by Mike Tougias; Casey Sherman Book  |  1st Scribner hardcover ed
1 of 1 people found this review helpful.
Quite a read so far!   (2010-04-28)
A quote from “The Finest Hours,” which I thought really epitomized the role of Coastguardsmen in this daring sea rescue was: “Hard jobs are routine in this service. In a way, the Coast Guard is always at war; in wartime, against armed enemies of the nation; and in peacetime; against all enemies of mankind at sea; Fire, Collision, Lawlessness, Gales, Ice, Derelicts, and many more. The Coast Guard, therefore, is no place for a quitter, or for a crybaby, or for a lying four-flusher, or anyone who cannot keep his eye on the ball. Your period of recruit training is a time of a test, hour by hour and day by dad, to determine whether or not you are made of the right material. It is up to you, as an individual to prove your worth” (6). The novel highlights the grandest Coast Guard rescue and is an interesting piece of history and an all around great story to read.
To begin, the novel was written from multiple perspectives, which diversified the story and made it seem that much more real. In one of the most devastating nor’easter storms ever, the tankers, Mercer and Pendelton both split into two pieces. The story captures the point of view of crew from both tankers, as well as the Coastguardsmen who braved the extreme conditions to attempt to rescue them. At times it was a little difficult to follow the many people in the story.
There were multiple comparisons that I made from the novel to the role of a cadet and officer in the Coast Guard. First, the story is about the “Guard’s most daring sea rescue” and every officer and cadet should be familiar with it. The story took place in Cape Cod, where some of the most dangerous currents and storms are found. In my Nautical Science course, I learned what caused these currents which was interesting to relate to. Finally, when the tankers split in two in the story, the officers were on one section while the enlisted were on the other. This would be quite a scary situation for both groups. I think it is important to prepare for such a case and plan who would take charge and also train the crew in a well-rounded manner in case they need to step up. Clearly, this story can relate to a Coast Guard cadet and officer.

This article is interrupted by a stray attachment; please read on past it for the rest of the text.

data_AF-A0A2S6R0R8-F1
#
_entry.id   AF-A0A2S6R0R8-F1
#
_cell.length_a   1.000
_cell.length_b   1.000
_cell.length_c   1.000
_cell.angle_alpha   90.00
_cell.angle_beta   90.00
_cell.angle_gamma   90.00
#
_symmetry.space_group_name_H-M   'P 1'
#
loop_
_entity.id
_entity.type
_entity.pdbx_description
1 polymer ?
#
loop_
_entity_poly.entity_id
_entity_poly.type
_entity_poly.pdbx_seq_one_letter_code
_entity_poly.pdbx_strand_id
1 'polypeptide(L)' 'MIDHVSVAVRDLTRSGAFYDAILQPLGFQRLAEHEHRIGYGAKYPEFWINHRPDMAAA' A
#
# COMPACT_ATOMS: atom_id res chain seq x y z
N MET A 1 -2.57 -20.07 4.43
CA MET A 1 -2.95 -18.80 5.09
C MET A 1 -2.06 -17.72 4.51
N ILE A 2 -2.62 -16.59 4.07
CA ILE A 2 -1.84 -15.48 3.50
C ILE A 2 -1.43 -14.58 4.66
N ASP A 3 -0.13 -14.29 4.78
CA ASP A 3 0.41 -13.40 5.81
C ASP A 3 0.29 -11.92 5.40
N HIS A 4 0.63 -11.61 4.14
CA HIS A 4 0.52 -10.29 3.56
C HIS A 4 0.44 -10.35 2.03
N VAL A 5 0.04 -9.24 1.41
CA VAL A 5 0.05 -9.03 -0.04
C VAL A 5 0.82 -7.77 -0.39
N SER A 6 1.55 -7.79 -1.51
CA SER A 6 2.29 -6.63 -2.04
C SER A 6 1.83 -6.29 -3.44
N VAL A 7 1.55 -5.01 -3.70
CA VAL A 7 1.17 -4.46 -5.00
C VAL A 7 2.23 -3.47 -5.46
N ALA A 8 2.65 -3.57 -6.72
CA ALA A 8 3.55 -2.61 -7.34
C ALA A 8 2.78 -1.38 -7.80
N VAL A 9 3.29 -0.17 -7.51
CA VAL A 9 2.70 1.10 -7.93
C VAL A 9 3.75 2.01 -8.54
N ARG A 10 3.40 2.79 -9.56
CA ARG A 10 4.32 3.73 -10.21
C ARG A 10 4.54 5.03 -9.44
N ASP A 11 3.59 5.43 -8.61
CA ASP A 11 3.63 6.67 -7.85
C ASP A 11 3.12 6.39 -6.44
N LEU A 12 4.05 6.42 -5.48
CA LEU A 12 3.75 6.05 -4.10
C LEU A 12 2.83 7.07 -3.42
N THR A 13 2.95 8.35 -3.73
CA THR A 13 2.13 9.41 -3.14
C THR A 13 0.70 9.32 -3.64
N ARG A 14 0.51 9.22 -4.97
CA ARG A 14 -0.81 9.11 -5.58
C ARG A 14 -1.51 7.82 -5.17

Lastly, I would like to touch on the vivid imagery used by Michael J. Tougias in “The Finest Hours.” The storm was captured very well and I was able to feel just how cold the Coastguardsmen were out at sea. They did not have “luxury” clothing items like winter gloves and long-underwear, but rather rubber gloves which caused them to get frostbite. I could clearly picture the snow falling on the rough seas, hiding the lighthouse only a few hundred yards away and the “thick black liquid covering the frothy crests of angry swells that rose and fell around the ship” after the Pendleton split.
I have not finished the entire book, but so far this has been a great read. The history would interest many and lively story would keep many more on the edge of their seats. I would definitely recommend picking up this book.
Was this review helpful to you?